Meet Petunia

Before we start philosophizing, what doesn’t my resume say about me? I am fiercely passionate about life even if most people don’t get to see it; I love and miss my family dearly and often scheme about how I can rearrange my career so I can be closer to home; I crave making music and art a part of my life, and am often surprised I didn’t end up in a career somehow related to those things; I am that annoying person who, at 2am, will insist that karaoke is a really good idea; curling up with a good book is the definition of my comfort zone; I love learning and continuously expanding my horizons but also realize that you don’t necessarily need to travel to the ends of the earth to discover things about life; that said, if you told me tomorrow that I would never be able to travel and explore a new place ever again I would immediately melt into the earth and cease to exist.


I have a total of nine years of experience working in the field of International Public Health and hold degrees in Comparative Literature, Control of Infectious Diseases, and Epidemiology. My first blog was in 2004, a travel diary of an 8 month “round the world trip” (well, 4 continents anyway) aimed at keeping friends and family up to date as to my whereabouts. Blogging found its way into my life once again in 2007 when I relocated to Paradise (aka Juba, Southern Sudan) to work for a non-profit, non-governmental organization managing HIV and AIDS prevention, care, and support programs.  For the two years I lived in Sudan I wrote about what life there is like, the experience of women in Southern Sudan, and the national and regional events that affected us.

No, Petunia is not my real name. I haven’t been able to figure out a way to strike a personal/work balance in theory or practice in real life, so to try in a public forum like this doesn’t make much sense to me either. Therefore both of us will have to remain anonymous. I know, I know, it’s annoying, but that’s just the way it’s going to have to be.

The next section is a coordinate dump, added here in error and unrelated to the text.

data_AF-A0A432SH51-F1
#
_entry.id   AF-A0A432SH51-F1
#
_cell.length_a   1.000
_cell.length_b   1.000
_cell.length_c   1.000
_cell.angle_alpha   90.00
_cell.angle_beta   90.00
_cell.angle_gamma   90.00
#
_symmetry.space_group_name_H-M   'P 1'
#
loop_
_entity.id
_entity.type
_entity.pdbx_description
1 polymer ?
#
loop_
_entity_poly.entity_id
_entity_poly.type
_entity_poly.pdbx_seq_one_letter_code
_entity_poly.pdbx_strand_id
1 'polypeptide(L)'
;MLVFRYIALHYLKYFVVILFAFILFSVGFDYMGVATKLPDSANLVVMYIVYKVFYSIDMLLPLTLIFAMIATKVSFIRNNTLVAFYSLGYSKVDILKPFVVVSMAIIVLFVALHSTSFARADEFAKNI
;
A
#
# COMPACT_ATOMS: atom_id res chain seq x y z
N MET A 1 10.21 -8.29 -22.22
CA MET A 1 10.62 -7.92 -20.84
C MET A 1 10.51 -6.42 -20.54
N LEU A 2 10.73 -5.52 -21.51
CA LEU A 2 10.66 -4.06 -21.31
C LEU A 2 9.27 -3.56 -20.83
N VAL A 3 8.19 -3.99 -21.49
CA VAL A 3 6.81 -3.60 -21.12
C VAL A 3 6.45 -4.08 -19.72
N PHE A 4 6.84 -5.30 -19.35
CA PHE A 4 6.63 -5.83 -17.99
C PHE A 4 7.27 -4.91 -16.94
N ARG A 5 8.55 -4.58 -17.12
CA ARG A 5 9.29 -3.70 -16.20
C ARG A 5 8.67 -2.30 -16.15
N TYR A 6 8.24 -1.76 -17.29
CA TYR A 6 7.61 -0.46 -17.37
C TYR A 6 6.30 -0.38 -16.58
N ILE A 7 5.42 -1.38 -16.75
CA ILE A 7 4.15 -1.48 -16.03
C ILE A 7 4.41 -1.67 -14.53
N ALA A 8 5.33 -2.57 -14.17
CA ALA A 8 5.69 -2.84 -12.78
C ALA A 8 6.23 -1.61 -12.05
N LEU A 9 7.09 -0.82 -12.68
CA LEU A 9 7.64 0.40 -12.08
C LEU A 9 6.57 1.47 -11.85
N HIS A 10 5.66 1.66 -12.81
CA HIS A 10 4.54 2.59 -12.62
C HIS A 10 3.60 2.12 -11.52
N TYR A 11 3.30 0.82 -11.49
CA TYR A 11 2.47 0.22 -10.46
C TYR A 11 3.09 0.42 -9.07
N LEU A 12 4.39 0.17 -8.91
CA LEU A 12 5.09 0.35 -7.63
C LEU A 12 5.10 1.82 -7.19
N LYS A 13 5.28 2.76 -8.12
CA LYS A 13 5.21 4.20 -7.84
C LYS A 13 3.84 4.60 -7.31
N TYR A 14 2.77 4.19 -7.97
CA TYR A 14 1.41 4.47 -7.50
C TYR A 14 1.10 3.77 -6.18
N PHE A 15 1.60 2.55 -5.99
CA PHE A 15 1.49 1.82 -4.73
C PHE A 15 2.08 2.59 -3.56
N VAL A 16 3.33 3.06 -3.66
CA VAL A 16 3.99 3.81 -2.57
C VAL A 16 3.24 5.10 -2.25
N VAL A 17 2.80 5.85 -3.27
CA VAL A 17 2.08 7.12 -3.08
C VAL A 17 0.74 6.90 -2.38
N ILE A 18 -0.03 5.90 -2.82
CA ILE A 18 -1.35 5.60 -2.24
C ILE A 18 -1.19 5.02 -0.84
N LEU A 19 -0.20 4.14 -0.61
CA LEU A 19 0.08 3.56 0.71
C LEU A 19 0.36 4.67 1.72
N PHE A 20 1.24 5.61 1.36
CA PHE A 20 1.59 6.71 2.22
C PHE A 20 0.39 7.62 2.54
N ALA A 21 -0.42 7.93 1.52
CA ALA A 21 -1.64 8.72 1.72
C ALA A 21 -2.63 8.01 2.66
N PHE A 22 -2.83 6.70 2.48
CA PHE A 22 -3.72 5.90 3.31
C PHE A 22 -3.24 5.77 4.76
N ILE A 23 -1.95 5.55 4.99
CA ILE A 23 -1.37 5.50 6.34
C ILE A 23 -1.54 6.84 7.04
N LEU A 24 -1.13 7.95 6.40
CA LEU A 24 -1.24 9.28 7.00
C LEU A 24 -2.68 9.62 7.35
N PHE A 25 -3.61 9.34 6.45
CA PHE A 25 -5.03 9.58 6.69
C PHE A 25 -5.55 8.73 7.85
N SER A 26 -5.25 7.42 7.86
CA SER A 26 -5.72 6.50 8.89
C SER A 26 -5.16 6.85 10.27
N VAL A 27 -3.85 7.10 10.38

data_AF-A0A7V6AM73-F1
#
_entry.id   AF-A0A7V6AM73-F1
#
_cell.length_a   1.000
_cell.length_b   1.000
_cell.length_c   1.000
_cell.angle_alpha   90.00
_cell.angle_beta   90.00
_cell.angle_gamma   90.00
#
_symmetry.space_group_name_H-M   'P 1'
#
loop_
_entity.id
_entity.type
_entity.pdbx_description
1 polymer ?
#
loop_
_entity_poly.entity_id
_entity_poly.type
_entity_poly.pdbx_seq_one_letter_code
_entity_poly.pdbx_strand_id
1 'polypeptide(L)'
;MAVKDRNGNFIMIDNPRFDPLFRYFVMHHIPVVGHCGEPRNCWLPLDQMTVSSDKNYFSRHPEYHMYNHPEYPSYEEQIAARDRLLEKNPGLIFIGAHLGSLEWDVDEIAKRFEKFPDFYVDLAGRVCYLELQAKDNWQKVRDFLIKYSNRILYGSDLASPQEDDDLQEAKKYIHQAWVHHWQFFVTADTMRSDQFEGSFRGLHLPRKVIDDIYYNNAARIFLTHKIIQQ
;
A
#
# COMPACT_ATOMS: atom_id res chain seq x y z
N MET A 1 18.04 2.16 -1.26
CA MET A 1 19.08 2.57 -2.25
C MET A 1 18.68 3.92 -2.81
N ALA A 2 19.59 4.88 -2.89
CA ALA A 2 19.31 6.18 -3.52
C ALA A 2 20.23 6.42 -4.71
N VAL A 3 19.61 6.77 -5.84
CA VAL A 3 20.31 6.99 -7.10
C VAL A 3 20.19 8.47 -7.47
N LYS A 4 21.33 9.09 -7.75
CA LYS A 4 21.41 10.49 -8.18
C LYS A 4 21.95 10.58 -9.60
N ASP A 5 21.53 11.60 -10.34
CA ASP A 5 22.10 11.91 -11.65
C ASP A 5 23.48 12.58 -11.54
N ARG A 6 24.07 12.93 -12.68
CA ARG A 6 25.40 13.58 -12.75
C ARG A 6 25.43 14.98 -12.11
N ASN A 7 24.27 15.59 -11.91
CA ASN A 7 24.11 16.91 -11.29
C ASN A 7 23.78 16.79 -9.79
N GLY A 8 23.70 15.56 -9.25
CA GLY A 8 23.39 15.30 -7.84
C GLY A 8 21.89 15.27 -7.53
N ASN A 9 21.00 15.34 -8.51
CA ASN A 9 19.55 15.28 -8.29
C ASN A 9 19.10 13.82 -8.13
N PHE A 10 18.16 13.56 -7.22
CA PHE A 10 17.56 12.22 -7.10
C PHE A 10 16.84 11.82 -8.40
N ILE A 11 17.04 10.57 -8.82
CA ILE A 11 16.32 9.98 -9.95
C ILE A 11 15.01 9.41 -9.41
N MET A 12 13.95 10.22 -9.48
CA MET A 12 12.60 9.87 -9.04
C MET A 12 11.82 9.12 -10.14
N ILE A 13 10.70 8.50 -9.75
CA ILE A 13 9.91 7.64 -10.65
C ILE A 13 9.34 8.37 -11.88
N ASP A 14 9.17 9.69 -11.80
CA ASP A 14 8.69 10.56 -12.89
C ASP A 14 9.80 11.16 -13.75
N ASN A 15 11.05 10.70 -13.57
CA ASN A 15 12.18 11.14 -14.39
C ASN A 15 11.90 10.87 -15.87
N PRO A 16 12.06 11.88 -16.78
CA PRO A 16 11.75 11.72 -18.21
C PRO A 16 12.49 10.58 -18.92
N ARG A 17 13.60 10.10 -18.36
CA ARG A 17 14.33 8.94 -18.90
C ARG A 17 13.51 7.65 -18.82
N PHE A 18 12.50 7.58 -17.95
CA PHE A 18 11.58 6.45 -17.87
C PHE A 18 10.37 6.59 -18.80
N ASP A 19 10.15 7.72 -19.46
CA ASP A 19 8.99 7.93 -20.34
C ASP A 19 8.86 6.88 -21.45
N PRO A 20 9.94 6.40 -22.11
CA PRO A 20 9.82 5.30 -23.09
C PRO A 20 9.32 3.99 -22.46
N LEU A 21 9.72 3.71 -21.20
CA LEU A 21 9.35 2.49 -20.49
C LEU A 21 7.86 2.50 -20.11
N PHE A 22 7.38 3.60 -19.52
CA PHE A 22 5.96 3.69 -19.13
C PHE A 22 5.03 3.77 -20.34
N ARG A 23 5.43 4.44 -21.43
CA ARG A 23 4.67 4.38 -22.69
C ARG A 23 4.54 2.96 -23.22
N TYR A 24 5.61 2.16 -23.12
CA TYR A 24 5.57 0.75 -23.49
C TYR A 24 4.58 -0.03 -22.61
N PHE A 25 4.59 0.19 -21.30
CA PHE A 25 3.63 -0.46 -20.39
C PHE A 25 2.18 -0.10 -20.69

Just to be clear, yes, my career has been exclusively with not-for-profit, non-governmental organizations and academia, but the labels “Aid Worker,”  “Humanitarian Worker” and “Charity Worker” do not fully describe what I do. The line between Development and Aid is sometimes very obvious, and sometimes very blurry. I believe that people have the right to access products, services and information to keep them healthy from preventable diseases regardless of where they live or the amount of money in their wallet. Over the long run ensuring countries and communities have the ability to do this themselves is far more important than any stop-gap handouts Western countries can provide.

The fact that our society views this occupation as something exceptional and outside the mainstream seems unnatural to me – it is just as necessary to the fabric of the world as plumbers or lawyers or teachers. For-profit companies could not exist without not-for-profit work in their communities, and not-for-profits cannot exist without the funding that for-profit companies provide. Everything is a balance. It shouldn’t then come as a surprise that I think that those of us who do this work are just people in an industry like any other trying to find meaningful work that makes us happy, and any insinuation that we are answering to a “higher calling” or “serving the greater good” is besides the point. There are millions of people all over the world that volunteer in their communities – at the local food bank or soup kitchen, the homeless shelter, the highway cleanups, the church/synagogue/mosque – or are doing the enormously important work of raising their children to be good people and our viewpoint is the same: it is not fair that the world is so unevenly cruel and there is something everyone can do about it, even if it is a couple hours each week or month. We’re the same. Except I receive a salary and gravitate towards living in places with warmer climates 🙂

…please excuse me for a moment while I step down off my soapbox…

You can find the original Petunia in Paradise blog from Southern Sudan on the tab in the menu, or click here. The rest of this space is for whatever adventures await in the future! Feel free to contact me at petuniaparadise at gmail dot com.



2 Responses to Meet Petunia

  1. Pingback: My real love affair | Petunia in Paradise

  2. Pingback: Blessed be the peacemakers | Petunia in Paradise

Leave a Reply

Fill in your details below or click an icon to log in: Logo

You are commenting using your account. Log Out /  Change )

Google+ photo

You are commenting using your Google+ account. Log Out /  Change )

Twitter picture

You are commenting using your Twitter account. Log Out /  Change )

Facebook photo

You are commenting using your Facebook account. Log Out /  Change )


Connecting to %s